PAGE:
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Windows 7: Raid 0 + AHCI?


09 Jan 2011   #1

Windows 7 Home Premium x64
 
 
Raid 0 + AHCI?

So I picked up a pair of Corsair Force 120Gb SSD drives and set them up in RAID 0. Figured I could just slap them in, load the AMD RAID drivers then do a clean install of Win 7. Which Iíve done and everything seems to be working fine. Now reading about the performance benefits when setting your drive controller to AHCI within Windows. My question is, can I still set the controller to AHCI within Windows even though Iíve configured the drives in a RAID 0? The BIOS only allows 3 choices, IDE, RAID and AHCI. Itís a Asus M4A7TD EVO Motherboard (AMD 870/SB 850 chipset)


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09 Jan 2011   #2

Windows 7 Home Premium x64
 
 

Thanks for the reply but still didnít really answer my question. My BIOS is set to RAID 0 for my 2 SSD. I assumed that setting this to AHCI within the BIOS I would lose the RAID and therefor have to reinstall Windows. However, the many SSD tweaks that Iíve read (SSD Tweaks and Optimizations in Windows 7) state to set your IDE ATA/ATAPI Controller within device manager to AHCI. Would this not conflict with what the BIOS is set at?
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09 Jan 2011   #3

Windows 7 Enterprise (x64); Windows Server 2008 R2 (x64)
 
 

You can pick RAID or AHCI not both. When you pick RAID most times Windows will install a RAID driver that gives performance like the AHCI or better.

If you want AHCI you will need to break the RAID and reload Windows. -WS
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10 Jan 2011   #4

Windows 7 Ultimate x64
 
 

On PC's, the implementation of RAID is a superset of AHCI.
or alternatively, AHCI is a subset of RAID.

since you have your BIOS already set to RAID, you're good to go. you're getting all the NCQ and other AHCI jazz.

Even though RAID-0 is... well, i hope you have good frequent backups.
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10 Jan 2011   #5

Windows 7 Ultimate x64
 
 

Just as packet explained, my understanding is that with RAID chosen, you will get the benefits of AHCI.
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10 Jan 2011   #6

Windows 7 Ultimate x64 SP1
 
 

Took a few posts, but the correct info got out there. AHCI and RAID are two different settings, as explained above. You can set your BIOS to one or the other. You could have seen this by going into your BIOS and looking through the controller options. The "tweaks" you read about were concerning systems without arrays, and just drives used as separate drives.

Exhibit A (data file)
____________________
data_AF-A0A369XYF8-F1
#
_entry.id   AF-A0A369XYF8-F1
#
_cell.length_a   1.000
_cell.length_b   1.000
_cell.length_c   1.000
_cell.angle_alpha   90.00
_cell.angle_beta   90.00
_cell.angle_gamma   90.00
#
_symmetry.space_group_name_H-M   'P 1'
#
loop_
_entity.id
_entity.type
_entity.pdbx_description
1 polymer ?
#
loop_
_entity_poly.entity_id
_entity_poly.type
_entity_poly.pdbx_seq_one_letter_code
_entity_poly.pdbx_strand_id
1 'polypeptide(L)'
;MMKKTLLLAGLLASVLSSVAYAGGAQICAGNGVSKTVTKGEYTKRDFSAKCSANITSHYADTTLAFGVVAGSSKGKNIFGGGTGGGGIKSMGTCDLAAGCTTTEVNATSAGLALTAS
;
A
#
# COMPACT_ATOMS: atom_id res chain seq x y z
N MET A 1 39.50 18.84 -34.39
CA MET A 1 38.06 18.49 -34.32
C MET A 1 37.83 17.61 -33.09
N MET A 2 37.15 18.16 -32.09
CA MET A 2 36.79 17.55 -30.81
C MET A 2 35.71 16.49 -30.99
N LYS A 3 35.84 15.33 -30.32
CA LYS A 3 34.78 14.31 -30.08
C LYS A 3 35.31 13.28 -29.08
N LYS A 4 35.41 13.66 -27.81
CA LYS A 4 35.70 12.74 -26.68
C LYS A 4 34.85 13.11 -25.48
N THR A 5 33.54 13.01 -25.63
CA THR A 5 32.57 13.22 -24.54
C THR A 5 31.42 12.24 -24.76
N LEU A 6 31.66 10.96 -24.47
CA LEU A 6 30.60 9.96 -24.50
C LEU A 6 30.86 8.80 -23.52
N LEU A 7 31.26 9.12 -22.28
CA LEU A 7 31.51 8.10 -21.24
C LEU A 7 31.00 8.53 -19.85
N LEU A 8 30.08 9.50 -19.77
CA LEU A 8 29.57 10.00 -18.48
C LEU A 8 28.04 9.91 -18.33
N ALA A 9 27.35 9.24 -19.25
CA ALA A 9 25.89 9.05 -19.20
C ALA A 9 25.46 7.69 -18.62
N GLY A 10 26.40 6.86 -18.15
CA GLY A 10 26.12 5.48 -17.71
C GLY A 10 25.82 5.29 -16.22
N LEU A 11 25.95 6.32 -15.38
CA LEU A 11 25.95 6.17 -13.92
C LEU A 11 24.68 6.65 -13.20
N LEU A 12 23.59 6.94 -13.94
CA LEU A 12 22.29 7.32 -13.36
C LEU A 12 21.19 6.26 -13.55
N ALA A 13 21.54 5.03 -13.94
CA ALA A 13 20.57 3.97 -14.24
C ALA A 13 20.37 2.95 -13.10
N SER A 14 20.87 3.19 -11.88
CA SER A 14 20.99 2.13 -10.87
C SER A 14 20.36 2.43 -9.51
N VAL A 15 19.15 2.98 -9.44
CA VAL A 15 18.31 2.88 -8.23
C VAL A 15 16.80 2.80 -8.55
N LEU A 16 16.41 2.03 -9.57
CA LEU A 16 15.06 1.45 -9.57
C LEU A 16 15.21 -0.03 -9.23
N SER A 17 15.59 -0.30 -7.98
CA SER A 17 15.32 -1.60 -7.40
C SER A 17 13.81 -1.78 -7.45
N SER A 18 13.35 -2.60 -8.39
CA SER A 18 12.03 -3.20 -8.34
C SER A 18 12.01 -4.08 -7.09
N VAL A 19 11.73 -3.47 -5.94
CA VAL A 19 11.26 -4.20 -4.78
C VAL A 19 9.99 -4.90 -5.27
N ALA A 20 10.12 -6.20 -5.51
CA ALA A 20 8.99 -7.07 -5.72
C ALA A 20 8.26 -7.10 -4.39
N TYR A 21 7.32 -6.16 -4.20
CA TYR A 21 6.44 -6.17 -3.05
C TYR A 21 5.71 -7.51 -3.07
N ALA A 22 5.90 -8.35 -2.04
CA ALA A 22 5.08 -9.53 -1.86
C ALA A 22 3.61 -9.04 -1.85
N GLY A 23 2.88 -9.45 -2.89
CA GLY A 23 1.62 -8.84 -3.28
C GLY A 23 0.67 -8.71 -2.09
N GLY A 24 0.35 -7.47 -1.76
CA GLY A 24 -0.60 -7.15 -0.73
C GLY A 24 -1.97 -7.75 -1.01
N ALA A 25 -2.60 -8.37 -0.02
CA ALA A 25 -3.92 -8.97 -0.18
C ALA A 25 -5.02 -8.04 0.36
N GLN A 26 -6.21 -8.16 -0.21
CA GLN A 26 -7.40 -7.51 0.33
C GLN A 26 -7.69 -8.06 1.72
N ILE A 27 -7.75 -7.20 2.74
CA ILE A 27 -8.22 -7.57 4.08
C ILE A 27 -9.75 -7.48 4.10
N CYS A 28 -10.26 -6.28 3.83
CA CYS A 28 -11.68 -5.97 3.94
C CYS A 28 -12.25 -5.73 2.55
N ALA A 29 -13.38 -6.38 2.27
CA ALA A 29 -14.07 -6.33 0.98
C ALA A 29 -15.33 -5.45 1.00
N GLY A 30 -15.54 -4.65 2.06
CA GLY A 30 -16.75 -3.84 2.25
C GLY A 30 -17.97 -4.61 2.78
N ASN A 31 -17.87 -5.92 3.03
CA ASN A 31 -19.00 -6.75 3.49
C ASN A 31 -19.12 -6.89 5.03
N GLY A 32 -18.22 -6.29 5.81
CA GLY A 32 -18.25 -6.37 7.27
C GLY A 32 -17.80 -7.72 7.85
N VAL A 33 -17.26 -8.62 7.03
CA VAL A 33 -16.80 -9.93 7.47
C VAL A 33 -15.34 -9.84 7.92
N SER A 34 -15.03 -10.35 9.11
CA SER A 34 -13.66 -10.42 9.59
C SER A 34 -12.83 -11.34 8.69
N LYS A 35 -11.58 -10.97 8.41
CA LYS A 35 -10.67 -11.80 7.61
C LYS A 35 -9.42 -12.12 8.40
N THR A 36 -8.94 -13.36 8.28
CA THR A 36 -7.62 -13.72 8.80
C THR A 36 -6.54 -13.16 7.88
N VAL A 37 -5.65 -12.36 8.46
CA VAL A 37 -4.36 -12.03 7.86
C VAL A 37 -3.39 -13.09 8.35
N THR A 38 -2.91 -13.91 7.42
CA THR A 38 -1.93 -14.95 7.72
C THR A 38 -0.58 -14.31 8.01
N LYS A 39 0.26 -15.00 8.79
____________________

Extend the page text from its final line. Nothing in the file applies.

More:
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10 Jan 2011   #7

Windows 7 Ultimate x64 SP1
 
 

If he wants to run in AHCI mode and lose the RAID functionality, yes. I'm a firm believer in the Anandtech tests that prove RAID0 is a waste in a desktop environment. However, that was with mechanical drives. I'm not sure about SSDs, but if it was me, Instead of buying two drives, I would have just bought a single larger one and run it in AHCI.
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10 Jan 2011   #8

Windows 7 Ultimate x64
 
 

Quote   Quote: Originally Posted by DeaconFrost View Post
If he wants to run in AHCI mode and lose the RAID functionality, yes. I'm a firm believer in the Anandtech tests that prove RAID0 is a waste in a desktop environment. However, that was with mechanical drives. I'm not sure about SSDs, but if it was me, Instead of buying two drives, I would have just bought a single larger one and run it in AHCI.
Agreed, it looks great in benchmarks...but real world performance?????? With the OS and such, it's not about fast sustained writes, but rather fast random I/O...and the RAID configuration isn't helping in that area.
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10 Jan 2011   #9

Windows 7 Enterprise (x64); Windows Server 2008 R2 (x64)
 
 

Quote   Quote: Originally Posted by Packet View Post
On PC's, the implementation of RAID is a superset of AHCI.
or alternatively, AHCI is a subset of RAID.

since you have your BIOS already set to RAID, you're good to go. you're getting all the NCQ and other AHCI jazz.

Even though RAID-0 is... well, i hope you have good frequent backups.
+1
My System SpecsSystem Spec
10 Jan 2011   #10

Windows 7 Enterprise (x64); Windows Server 2008 R2 (x64)
 
 

Quote   Quote: Originally Posted by pparks1 View Post
Just as packet explained, my understanding is that with RAID chosen, you will get the benefits of AHCI.
+1
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 Raid 0 + AHCI?




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